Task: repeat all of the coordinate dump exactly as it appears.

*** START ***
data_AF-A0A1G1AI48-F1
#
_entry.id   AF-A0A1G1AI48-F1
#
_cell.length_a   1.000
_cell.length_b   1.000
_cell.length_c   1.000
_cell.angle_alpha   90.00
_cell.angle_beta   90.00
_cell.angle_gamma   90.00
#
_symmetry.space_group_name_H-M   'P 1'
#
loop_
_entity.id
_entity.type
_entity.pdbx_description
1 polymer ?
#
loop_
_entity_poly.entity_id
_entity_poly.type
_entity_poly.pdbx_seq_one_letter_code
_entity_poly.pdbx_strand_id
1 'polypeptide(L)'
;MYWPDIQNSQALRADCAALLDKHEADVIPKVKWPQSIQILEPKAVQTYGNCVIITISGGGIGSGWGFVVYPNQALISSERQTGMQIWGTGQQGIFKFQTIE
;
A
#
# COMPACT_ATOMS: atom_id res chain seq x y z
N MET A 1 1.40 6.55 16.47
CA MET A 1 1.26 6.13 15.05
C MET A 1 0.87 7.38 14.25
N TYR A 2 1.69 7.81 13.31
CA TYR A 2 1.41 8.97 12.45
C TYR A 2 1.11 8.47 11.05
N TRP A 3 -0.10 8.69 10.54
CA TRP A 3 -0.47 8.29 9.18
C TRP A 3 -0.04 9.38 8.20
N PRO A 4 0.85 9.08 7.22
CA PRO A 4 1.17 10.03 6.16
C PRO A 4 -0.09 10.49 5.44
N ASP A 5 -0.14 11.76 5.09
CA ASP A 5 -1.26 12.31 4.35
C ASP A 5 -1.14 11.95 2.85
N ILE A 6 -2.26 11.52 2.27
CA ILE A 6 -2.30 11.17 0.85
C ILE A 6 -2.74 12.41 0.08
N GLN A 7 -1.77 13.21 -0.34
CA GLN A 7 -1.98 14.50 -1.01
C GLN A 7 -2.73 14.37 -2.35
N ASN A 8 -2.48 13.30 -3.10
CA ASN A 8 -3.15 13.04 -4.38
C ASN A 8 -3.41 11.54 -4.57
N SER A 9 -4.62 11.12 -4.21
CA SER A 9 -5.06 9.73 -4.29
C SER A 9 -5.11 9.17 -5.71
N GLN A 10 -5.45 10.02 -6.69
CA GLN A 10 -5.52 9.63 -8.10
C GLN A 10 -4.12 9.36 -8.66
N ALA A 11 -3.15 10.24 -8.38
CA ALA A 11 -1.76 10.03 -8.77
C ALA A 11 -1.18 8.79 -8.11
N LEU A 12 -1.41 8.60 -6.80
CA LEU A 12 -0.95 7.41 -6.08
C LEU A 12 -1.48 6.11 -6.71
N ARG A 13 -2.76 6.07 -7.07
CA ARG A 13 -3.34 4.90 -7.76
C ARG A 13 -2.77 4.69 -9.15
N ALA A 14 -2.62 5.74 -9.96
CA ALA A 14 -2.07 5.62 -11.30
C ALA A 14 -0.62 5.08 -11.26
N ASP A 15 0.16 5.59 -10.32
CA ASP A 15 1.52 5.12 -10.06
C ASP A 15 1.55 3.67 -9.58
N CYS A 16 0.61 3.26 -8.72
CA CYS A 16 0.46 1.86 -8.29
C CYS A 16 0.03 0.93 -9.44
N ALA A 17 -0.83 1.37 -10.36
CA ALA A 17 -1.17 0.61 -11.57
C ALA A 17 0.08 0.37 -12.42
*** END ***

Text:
data_AF-A0A1G1AI48-F1
#
_entry.id   AF-A0A1G1AI48-F1
#
_cell.length_a   1.000
_cell.length_b   1.000
_cell.length_c   1.000
_cell.angle_alpha   90.00
_cell.angle_beta   90.00
_cell.angle_gamma   90.00
#
_symmetry.space_group_name_H-M   'P 1'
#
loop_
_entity.id
_entity.type
_entity.pdbx_description
1 polymer ?
#
loop_
_entity_poly.entity_id
_entity_poly.type
_entity_poly.pdbx_seq_one_letter_code
_entity_poly.pdbx_strand_id
1 'polypeptide(L)'
;MYWPDIQNSQALRADCAALLDKHEADVIPKVKWPQSIQILEPKAVQTYGNCVIITISGGGIGSGWGFVVYPNQALISSERQTGMQIWGTGQQGIFKFQTIE
;
A
#
# COMPACT_ATOMS: atom_id res chain seq x y z
N MET A 1 1.40 6.55 16.47
CA MET A 1 1.26 6.13 15.05
C MET A 1 0.87 7.38 14.25
N TYR A 2 1.69 7.81 13.31
CA TYR A 2 1.41 8.97 12.45
C TYR A 2 1.11 8.47 11.05
N TRP A 3 -0.10 8.69 10.54
CA TRP A 3 -0.47 8.29 9.18
C TRP A 3 -0.04 9.38 8.20
N PRO A 4 0.85 9.08 7.22
CA PRO A 4 1.17 10.03 6.16
C PRO A 4 -0.09 10.49 5.44
N ASP A 5 -0.14 11.76 5.09
CA ASP A 5 -1.26 12.31 4.35
C ASP A 5 -1.14 11.95 2.85
N ILE A 6 -2.26 11.52 2.27
CA ILE A 6 -2.30 11.17 0.85
C ILE A 6 -2.74 12.41 0.08
N GLN A 7 -1.77 13.21 -0.34
CA GLN A 7 -1.98 14.50 -1.01
C GLN A 7 -2.73 14.37 -2.35
N ASN A 8 -2.48 13.30 -3.10
CA ASN A 8 -3.15 13.04 -4.38
C ASN A 8 -3.41 11.54 -4.57
N SER A 9 -4.62 11.12 -4.21
CA SER A 9 -5.06 9.73 -4.29
C SER A 9 -5.11 9.17 -5.71
N GLN A 10 -5.45 10.02 -6.69
CA GLN A 10 -5.52 9.63 -8.10
C GLN A 10 -4.12 9.36 -8.66
N ALA A 11 -3.15 10.24 -8.38
CA ALA A 11 -1.76 10.03 -8.77
C ALA A 11 -1.18 8.79 -8.11
N LEU A 12 -1.41 8.60 -6.80
CA LEU A 12 -0.95 7.41 -6.08
C LEU A 12 -1.48 6.11 -6.71
N ARG A 13 -2.76 6.07 -7.07
CA ARG A 13 -3.34 4.90 -7.76
C ARG A 13 -2.77 4.69 -9.15
N ALA A 14 -2.62 5.74 -9.96
CA ALA A 14 -2.07 5.62 -11.30
C ALA A 14 -0.62 5.08 -11.26
N ASP A 15 0.16 5.59 -10.32
CA ASP A 15 1.52 5.12 -10.06
C ASP A 15 1.55 3.67 -9.58
N CYS A 16 0.61 3.26 -8.72
CA CYS A 16 0.46 1.86 -8.29
C CYS A 16 0.03 0.93 -9.44
N ALA A 17 -0.83 1.37 -10.36
CA ALA A 17 -1.17 0.61 -11.57
C ALA A 17 0.08 0.37 -12.42